American Birding Podcast



Birds and People

A review by Robert O. Paxton

Birds and People, by Mark Cocker, with photographs by David Tipling

Random House, 2013

592 pages, $65.00—hardcover

ABA Sales / Buteo Books 14189

This sumptuous volume is a bit like a double chocolate sundae. It’s too rich for one sitting, but you can’t stop eating. It explores a sweeping range of human responses to birds, along with avian responses to humans. Across 530 double-columned pages, Cocker and Tipling present ornithology as you have probably never imagined it, enriched with anthropology and folklore; art, music and literature; religion, mythology, and magic; medicine; cookery and gastronomy; etymology; and commerce and systems of land use. The lavish illustrations include spectacular bird-based artifacts and rituals as well as the birds themselves. Birds and People is good for a lifetime of reading, marveling, and reflection.

Cocker has organized his material in phylogenetic order, family by family from the tinamous to the grosbeaks. But he does not treat every family. He omits fifty-nine of the world’s approximately 200 families because, he explains, they have left little trace in human arts or culture. Some of the missing families have considerable biological interest, however, like the woodcreepers and the accentors (the randy marital behavior of the Dunnock did not make the cut). Other absent families like the Ibisbill, the Plains Wanderer, and the owlet-nightjars rank high among birders’ quests.

The longest entry of all goes to the Red Jungle Fowl because of its global economic, culinary, and symbolic significance, along with ethical objections to cruel avicultural methods. The behaviorally fascinating antbirds get one of the shortest entries. Anthropology tends to trump both biology and listers’ excitement in this book, though there is still plenty of both.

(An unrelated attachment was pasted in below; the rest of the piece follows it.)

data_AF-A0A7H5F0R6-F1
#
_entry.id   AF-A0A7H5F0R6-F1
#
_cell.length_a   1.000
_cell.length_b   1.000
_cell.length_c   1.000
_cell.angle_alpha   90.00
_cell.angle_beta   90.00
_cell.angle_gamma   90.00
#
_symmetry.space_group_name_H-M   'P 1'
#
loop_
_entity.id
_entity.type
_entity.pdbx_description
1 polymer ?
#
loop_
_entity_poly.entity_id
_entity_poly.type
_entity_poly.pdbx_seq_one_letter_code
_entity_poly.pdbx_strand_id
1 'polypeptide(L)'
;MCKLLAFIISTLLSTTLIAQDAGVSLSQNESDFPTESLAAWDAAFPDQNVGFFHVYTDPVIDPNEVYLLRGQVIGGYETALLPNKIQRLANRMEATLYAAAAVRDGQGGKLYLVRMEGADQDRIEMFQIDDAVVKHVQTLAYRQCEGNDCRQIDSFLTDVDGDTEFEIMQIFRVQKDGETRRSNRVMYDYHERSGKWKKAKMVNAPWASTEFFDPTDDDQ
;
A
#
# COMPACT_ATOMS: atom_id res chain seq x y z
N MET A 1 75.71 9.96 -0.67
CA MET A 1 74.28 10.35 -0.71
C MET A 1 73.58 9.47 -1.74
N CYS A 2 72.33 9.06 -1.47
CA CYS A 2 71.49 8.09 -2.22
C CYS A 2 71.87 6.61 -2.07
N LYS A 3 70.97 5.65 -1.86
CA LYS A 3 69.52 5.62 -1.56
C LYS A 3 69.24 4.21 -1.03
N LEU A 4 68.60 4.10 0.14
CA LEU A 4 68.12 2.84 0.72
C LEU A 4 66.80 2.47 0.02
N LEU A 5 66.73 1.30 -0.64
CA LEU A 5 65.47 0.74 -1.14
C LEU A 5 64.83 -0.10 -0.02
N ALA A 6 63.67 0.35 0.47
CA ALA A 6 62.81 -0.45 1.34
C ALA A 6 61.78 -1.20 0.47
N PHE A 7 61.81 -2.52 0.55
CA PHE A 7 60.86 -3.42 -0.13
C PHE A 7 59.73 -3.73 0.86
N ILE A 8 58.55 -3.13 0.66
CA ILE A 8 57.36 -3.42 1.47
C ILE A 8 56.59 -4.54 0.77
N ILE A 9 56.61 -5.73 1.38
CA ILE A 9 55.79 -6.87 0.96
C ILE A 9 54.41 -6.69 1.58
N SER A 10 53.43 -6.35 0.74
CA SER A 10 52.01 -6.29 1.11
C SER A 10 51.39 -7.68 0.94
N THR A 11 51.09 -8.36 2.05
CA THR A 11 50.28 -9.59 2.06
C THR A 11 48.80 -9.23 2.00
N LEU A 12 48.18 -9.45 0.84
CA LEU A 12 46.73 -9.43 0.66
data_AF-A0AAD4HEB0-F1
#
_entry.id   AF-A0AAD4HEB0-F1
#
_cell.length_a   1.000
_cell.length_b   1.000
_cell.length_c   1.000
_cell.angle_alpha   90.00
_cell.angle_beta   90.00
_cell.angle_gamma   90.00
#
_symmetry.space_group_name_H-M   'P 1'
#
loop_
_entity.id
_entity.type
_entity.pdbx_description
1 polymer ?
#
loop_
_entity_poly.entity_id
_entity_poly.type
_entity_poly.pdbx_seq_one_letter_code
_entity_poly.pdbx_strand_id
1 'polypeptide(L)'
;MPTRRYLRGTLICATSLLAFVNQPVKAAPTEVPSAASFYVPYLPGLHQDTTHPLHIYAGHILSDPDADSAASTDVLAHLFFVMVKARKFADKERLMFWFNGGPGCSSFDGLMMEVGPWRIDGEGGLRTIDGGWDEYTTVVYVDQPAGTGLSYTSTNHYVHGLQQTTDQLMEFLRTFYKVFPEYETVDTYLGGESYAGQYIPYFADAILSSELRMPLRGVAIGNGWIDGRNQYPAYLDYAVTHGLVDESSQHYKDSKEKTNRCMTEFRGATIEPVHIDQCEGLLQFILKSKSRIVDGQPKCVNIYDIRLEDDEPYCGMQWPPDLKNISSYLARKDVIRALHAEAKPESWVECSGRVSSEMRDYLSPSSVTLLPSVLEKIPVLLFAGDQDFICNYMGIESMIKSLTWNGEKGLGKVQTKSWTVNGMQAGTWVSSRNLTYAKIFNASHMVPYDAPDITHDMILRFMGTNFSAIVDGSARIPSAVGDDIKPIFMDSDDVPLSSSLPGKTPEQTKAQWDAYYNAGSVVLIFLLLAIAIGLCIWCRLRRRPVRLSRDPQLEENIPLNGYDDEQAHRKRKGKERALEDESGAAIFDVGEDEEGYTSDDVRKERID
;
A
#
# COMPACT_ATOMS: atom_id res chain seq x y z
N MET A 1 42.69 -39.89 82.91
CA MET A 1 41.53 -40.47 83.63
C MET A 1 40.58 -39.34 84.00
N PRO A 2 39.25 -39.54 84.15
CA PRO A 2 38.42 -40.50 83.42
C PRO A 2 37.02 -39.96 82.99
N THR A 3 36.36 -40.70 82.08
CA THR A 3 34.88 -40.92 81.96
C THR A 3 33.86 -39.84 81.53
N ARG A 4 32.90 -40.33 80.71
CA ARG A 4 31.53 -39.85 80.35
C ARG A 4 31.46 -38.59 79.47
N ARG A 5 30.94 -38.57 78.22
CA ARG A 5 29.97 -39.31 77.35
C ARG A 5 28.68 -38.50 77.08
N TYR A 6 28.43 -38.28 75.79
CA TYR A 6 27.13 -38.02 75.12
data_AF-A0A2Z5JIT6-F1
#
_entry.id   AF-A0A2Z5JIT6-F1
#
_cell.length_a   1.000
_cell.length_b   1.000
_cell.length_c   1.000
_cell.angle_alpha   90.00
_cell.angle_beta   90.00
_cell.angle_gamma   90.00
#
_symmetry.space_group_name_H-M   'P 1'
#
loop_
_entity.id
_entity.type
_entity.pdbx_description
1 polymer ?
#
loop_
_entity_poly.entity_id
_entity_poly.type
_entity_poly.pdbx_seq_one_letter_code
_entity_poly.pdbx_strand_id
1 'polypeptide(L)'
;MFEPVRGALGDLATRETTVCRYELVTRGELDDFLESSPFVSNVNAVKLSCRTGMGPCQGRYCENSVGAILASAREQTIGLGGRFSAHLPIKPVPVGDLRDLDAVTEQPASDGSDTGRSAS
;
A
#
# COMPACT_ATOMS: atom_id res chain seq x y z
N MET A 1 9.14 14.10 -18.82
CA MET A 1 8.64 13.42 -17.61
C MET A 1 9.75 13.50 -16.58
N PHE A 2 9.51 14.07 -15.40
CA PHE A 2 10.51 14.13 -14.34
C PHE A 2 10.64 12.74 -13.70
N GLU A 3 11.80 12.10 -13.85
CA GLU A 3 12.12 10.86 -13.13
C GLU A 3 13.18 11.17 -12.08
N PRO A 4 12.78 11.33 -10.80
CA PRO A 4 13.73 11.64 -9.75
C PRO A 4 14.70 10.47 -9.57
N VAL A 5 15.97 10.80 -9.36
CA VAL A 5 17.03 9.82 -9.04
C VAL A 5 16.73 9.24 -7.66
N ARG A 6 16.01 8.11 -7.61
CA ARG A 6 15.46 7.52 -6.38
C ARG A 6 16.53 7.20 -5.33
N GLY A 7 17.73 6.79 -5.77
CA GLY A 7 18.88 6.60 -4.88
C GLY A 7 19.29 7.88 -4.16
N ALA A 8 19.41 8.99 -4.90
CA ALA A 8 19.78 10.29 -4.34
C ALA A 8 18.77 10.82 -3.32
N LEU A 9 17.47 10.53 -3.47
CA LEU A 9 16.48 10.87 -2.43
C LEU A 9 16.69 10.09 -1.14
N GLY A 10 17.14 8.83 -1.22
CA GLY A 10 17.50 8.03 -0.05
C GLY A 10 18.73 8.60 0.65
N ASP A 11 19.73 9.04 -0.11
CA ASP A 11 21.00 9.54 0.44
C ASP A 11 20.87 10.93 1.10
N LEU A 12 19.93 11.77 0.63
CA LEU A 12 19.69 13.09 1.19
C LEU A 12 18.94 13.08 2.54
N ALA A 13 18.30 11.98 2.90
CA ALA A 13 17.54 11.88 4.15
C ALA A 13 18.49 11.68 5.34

A typical family account starts with its geographical distribution and general characteristics. Then come the history and meanings of names—commendably, both the English and the scientific Latin. Even if nomenclature is not one’s favorite subject, it can lead to some arresting observations. Older bird names testify to a host of religious, medical, or sexual associations and reveal how closely our forebears observed birds.  And how closely they listened to them: many names refer to vocalizations.

After nomenclature comes a sampling of noteworthy species within the family. Physiological matters may appear at this point, particularly if expressible in superlatives: the tallest, the smallest, the loudest, and so on. Swans, for example, “possess elongated tracheae that wind round their breast cavities to give them great horn-like organs of sound.” From there we are off to the ancient legend of swan song and its possible physical basis, from there to neolithic images of swans, and finally to Tchaikovsky’s Swan Lake. We learn how a Bar-tailed Godwit was tracked in 2007 in a non-stop flight from Alaska to New Zealand, a distance of 10,440 miles over eight days at an average speed of 37 m.p.h., during which her body weight shrank from 17.6 oz. to 8.8 oz (Cocker values numbers and is gratifyingly exact with them). Then we learn of a festival of welcome for these birds in New Zealand (where it is spring when the godwits arrive).